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QNAP NAS Attacked By Deadbolt AGAIN – What Happened?

6 septembre 2022 à 23:00

New Reports of Deadbolt Ransomware Attacks on QNAP NAS via Photo Station

It would appear that the Deadbolt ransomware attack that has been a persistent pain for QNAP (and other NAS brands) in 2022 continues to remain current, with new reports emerging of further attacks of NAS systems in September 2022. The vulnerability that has been reported to be being exploited is in the QNAP Photo Station application and although a day one patch for the application for all current use QTS software systems has been issued, it has still resulted in users being hit in this new wave of attacked by the deadbolt ransomware group. Although the scale of this latest attack does not match that of previous attacks by the group, it is worth highlighting that the encryption of how this ransomware deploys and presentation to the user upon execution have changed a little, so even if you are not affected, it might still be worth getting clued up on this. In this article, I will cover everything that is known so far about this Photo Station vulnerability that was exploited, why deadbolt is still a thing, how it attacks, what you can do to avoid it and what can you do if you have been hit.

How Does Deadbolt Attack QNAP NAS?

Deadbolt Ransomware’s methodology in attacking your system has not changed much at all since its first attacks. We will touch on in a bit about why deadbolt is still around and the nature of software updates vs vulnerabilities, but for now we can discuss this specific instance. A vulnerability was found in Photo Station for QNAP NAS QTS/QuTS this week and this vulnerability created a small hole in the access control of the NAS that could be used to exploit as an attack vector for ransomware to be executed. It would still require your NAS to be setup in a weak remote access state (i.e. you allowed internet access to your system without sufficient layers of encryption, protection and/or authentication, such as a VPN, Firewall or disabling UPnP – will touch on these later) in order to reach ‘photo station’, but if it could, it could then execute the command to the QNAP NAS to encrypt it’s contents, create a ransom text not and modify the login screen to show the deadbolt warning. This one:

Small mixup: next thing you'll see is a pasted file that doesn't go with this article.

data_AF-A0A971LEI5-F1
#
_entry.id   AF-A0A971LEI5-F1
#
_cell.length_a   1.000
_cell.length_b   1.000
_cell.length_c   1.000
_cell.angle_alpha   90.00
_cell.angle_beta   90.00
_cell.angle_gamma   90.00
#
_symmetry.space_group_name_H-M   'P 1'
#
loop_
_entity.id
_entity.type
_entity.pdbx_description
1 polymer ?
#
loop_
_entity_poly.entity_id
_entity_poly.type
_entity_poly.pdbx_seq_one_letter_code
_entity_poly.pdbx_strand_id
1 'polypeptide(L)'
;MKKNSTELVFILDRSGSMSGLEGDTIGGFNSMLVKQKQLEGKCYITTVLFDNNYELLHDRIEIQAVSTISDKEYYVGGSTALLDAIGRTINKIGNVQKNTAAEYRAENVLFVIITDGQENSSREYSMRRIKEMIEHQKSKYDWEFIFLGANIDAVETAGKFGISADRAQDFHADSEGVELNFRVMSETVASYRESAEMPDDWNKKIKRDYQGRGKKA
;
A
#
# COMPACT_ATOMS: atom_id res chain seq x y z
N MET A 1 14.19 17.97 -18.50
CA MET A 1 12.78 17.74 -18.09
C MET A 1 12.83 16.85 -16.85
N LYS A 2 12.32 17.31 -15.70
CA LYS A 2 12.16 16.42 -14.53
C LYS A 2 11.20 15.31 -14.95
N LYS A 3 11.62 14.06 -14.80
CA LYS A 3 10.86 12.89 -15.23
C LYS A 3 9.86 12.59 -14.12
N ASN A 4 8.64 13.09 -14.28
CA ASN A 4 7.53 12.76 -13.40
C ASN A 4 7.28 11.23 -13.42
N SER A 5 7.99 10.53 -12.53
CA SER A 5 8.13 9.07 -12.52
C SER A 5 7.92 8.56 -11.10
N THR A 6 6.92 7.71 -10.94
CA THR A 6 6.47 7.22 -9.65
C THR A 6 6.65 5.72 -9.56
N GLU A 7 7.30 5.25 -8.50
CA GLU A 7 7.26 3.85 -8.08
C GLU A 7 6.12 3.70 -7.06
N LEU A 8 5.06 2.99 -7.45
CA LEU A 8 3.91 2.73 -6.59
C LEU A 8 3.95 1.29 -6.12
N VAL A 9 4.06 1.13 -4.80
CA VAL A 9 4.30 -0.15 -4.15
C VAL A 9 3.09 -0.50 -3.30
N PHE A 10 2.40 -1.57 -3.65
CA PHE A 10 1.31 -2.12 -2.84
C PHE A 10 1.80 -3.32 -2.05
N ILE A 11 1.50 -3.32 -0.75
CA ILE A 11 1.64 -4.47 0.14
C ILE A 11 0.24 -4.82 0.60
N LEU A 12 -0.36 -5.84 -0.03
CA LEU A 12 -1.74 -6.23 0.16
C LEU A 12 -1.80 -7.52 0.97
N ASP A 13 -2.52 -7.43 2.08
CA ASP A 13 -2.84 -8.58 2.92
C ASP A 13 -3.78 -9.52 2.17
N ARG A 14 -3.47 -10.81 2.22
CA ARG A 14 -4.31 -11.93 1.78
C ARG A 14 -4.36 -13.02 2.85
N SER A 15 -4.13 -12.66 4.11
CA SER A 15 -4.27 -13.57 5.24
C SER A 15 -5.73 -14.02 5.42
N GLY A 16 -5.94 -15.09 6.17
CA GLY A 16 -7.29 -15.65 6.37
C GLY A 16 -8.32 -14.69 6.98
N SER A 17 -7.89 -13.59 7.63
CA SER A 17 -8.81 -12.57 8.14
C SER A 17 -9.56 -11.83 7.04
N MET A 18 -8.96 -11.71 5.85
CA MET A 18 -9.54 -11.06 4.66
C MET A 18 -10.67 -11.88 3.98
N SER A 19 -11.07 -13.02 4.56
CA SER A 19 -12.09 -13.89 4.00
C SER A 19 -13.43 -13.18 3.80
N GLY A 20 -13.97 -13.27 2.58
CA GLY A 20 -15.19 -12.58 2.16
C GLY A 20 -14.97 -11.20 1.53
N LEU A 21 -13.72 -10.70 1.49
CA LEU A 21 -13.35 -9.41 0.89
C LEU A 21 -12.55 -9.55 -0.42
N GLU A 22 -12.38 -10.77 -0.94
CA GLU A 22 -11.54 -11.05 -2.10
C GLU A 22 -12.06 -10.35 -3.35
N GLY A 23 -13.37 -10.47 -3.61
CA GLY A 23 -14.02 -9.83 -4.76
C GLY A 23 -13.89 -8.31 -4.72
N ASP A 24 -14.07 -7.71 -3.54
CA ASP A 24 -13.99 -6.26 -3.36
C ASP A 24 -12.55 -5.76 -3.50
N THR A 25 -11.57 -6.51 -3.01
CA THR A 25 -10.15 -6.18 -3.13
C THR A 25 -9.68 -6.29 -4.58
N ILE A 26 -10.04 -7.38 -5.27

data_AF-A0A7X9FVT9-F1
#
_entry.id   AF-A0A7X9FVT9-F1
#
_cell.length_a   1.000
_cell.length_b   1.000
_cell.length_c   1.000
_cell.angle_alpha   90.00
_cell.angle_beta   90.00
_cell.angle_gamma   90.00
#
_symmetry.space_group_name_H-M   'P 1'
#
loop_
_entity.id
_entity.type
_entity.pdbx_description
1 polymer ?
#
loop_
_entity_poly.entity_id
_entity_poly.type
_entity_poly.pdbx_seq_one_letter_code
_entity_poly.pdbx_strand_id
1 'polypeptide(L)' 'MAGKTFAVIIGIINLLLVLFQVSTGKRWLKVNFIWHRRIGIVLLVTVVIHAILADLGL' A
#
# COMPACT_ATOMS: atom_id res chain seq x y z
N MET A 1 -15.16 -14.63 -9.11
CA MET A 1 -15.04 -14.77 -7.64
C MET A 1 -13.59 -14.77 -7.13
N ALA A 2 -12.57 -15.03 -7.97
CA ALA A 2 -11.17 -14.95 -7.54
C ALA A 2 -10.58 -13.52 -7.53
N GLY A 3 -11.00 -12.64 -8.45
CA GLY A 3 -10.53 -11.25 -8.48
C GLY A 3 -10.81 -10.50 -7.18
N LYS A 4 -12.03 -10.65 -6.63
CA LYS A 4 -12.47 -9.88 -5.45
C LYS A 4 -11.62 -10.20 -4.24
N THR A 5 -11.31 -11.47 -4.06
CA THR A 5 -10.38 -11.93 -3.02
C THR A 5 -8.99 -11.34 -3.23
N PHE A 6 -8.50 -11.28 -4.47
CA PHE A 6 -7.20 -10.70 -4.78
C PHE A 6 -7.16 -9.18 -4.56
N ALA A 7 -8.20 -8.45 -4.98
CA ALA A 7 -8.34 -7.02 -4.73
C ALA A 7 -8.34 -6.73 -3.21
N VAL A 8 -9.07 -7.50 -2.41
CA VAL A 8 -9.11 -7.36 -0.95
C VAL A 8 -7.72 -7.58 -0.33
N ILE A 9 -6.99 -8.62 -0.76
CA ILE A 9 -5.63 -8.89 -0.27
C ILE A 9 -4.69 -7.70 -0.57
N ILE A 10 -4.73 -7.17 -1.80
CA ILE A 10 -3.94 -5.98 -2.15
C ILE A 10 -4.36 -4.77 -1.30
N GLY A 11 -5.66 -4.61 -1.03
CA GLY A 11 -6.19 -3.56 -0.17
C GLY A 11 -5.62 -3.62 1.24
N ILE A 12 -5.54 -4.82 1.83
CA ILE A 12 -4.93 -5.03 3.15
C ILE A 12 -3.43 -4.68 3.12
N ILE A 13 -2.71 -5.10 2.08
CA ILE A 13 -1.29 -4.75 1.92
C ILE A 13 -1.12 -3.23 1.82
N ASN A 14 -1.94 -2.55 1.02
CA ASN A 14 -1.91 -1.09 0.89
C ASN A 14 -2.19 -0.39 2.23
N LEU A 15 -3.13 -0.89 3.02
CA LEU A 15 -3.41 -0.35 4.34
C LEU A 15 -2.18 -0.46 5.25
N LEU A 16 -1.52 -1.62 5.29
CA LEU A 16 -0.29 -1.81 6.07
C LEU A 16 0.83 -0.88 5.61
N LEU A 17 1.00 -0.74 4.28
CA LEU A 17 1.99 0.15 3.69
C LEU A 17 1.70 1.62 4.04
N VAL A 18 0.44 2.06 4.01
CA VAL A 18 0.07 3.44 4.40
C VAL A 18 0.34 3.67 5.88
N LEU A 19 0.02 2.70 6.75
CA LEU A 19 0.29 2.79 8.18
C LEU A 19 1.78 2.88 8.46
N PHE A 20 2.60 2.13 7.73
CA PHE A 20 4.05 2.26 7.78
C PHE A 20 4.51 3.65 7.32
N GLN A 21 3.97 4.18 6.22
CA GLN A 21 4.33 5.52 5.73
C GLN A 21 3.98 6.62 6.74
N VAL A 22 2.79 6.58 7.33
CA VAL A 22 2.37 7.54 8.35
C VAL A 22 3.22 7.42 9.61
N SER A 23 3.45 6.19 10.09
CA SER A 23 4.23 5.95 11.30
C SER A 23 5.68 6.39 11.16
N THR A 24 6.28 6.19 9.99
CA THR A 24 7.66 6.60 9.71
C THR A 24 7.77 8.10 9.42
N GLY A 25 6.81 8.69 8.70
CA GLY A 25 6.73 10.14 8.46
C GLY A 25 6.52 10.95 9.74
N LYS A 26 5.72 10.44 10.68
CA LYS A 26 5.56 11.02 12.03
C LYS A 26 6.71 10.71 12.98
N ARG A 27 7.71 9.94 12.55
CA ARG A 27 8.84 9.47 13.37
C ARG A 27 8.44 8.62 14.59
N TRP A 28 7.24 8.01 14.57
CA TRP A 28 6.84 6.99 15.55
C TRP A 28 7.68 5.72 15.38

QNAP highlighted this vulnerability on their security advisor page, here under ID QSA-22-24 and state that they detected a new DeadBolt ransomware campaign on the morning of September 3rd, 2022 (GMT+8). The campaign appears to target QNAP NAS devices running Photo Station with internet exposure. This is not via the myQNAPCloud services, but rather users allowing remote access with open router ports, but no VPN or restrictive access rules in place. QNAP issued the following statement: